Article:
Now there is no end of the things by which man is affected; and when his likings and dislikings are not subject to regulation (from within), he is changed into the nature of things as they come before him; that is, he stifles the voice of Heavenly principle within, and gives the utmost indulgence to the desires by which men may be possessed. On this we have the rebellious and deceitful heart, with licentious and violent disorder. The strong press upon the weak; the many are cruel to the few; the knowing impose upon the dull; the bold make it bitter for the timid; the diseased are not nursed; the old and young, orphans and solitaries are neglected:--such is the great disorder that ensues.

Therefore the ancient kings, when they instituted their ceremonies and music, regulated them by consideration of the requirements of humanity. By the sackcloth worn for parents, the wailings, and the weepings, they defined the terms of the mourning rites. By the bells, drums, shields, and axes, they introduced harmony into their seasons of rest and enjoyment. By marriage, capping, and the assumption of the hair-pin, they maintained the separation that should exist between male and female. By the archery gatherings in the districts, and the feastings at the meetings of princes, they provided for the correct maintenance of friendly intercourse.

Ceremonies afforded the defined expression for the (affections of the) people's minds; music secured the harmonious utterance of their voices; the laws of government were designed to promote the performance (of the ceremonies and music); and punishments, to guard against the violation of them. When ceremonies, music, laws, and punishments had everywhere full course, without irregularity or collision, the method of kingly rule was complete 9.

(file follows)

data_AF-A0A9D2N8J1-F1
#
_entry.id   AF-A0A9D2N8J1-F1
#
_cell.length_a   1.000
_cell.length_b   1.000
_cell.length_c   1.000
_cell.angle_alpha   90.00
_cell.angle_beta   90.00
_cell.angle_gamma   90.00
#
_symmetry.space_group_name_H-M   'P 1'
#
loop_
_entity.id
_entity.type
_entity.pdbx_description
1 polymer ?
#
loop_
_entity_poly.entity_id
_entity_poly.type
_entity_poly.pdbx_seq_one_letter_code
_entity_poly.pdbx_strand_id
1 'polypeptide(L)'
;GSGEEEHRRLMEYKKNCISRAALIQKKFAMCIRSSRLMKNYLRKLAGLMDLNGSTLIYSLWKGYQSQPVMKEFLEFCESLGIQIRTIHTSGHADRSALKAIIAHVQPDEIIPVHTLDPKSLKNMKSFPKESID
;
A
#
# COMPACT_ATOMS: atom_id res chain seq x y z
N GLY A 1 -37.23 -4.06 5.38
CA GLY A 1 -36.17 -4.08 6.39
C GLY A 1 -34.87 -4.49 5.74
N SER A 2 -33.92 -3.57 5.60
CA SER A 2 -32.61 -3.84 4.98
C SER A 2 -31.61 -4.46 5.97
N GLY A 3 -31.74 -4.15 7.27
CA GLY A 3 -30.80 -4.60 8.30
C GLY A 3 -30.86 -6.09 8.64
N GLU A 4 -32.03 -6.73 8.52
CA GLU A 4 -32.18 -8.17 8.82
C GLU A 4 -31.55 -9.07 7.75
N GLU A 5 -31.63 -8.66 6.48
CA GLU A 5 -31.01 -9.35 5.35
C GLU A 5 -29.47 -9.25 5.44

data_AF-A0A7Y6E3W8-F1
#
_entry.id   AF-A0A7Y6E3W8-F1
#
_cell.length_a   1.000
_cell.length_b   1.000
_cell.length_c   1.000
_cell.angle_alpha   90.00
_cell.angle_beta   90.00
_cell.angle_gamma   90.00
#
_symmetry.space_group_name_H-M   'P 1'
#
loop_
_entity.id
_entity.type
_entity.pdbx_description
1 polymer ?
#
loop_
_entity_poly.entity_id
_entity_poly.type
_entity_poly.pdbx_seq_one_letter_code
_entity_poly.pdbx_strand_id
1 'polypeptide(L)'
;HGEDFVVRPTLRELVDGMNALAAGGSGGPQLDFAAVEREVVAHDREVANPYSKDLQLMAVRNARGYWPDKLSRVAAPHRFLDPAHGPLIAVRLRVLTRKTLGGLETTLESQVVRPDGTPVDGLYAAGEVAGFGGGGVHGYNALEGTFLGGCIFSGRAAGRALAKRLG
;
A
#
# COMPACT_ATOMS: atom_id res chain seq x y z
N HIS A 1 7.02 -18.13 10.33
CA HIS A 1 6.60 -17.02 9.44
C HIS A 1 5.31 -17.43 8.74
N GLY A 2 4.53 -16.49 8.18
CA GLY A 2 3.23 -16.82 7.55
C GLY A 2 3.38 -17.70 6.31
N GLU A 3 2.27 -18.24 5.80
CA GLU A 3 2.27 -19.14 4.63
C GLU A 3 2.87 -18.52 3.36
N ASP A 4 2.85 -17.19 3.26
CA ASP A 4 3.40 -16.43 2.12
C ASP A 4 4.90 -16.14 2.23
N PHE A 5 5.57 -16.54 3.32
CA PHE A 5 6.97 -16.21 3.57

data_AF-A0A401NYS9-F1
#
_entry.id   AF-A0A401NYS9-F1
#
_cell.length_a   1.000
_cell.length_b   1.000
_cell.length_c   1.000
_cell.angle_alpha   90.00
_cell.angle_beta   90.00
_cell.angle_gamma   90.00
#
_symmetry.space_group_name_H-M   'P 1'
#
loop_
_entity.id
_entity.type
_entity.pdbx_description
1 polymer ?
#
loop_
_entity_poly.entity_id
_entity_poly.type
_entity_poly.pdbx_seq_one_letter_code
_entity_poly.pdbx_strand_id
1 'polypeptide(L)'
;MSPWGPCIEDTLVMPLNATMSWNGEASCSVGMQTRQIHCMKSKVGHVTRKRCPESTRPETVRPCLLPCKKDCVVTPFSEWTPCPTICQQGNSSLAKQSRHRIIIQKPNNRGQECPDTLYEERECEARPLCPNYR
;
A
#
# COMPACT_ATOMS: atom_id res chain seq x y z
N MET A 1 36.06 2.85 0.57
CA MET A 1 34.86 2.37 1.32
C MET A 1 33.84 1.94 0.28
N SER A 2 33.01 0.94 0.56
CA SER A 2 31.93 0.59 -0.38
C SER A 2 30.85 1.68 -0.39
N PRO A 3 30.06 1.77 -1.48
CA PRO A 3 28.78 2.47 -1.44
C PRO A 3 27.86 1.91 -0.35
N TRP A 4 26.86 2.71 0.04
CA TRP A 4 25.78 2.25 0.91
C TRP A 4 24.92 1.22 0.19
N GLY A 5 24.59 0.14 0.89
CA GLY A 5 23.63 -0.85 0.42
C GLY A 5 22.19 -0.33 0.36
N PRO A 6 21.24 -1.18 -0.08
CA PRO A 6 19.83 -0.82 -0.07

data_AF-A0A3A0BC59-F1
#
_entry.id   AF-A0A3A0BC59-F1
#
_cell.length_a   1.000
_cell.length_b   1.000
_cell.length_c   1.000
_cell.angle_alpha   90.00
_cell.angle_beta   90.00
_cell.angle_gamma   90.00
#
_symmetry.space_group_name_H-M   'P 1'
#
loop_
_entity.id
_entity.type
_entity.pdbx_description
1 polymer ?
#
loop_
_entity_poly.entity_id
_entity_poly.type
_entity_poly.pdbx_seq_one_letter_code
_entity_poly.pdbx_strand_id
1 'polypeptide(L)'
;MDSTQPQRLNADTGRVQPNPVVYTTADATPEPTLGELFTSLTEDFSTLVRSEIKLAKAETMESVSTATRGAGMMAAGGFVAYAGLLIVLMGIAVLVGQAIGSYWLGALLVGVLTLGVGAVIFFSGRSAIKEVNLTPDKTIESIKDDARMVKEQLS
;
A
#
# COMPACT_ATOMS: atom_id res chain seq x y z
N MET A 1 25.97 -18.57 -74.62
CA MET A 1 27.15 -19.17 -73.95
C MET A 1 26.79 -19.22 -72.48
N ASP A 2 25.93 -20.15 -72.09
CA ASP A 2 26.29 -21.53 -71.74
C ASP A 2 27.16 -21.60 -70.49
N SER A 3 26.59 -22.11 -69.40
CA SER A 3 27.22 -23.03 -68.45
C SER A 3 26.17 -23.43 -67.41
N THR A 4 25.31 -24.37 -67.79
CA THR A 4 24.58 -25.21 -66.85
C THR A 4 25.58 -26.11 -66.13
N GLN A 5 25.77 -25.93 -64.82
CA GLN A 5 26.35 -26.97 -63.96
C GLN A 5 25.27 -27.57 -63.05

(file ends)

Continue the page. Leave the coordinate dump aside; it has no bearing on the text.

Similarity and union are the aim of music; difference and distinction, that of ceremony. From union comes mutual affection; from difference, mutual respect. Where music prevails, we find a weak coalescence; where ceremony prevails, a tendency to separation. It is the business of the two to blend people's feelings and give elegance to their outward manifestations.

Through the perception of right produced by ceremony, came the degrees of the noble and the mean; through the union of culture arising from music, harmony between high and low. By the exhibition of what was to be liked and what was to be disliked, a distinction was made between the worthy and unworthy. When violence was prevented by punishments, and the worthy were raised to rank, the operation of government was made impartial. Then came benevolence in the love (of the people), and righteousness in the correction (of their errors); and in this way good government held its course.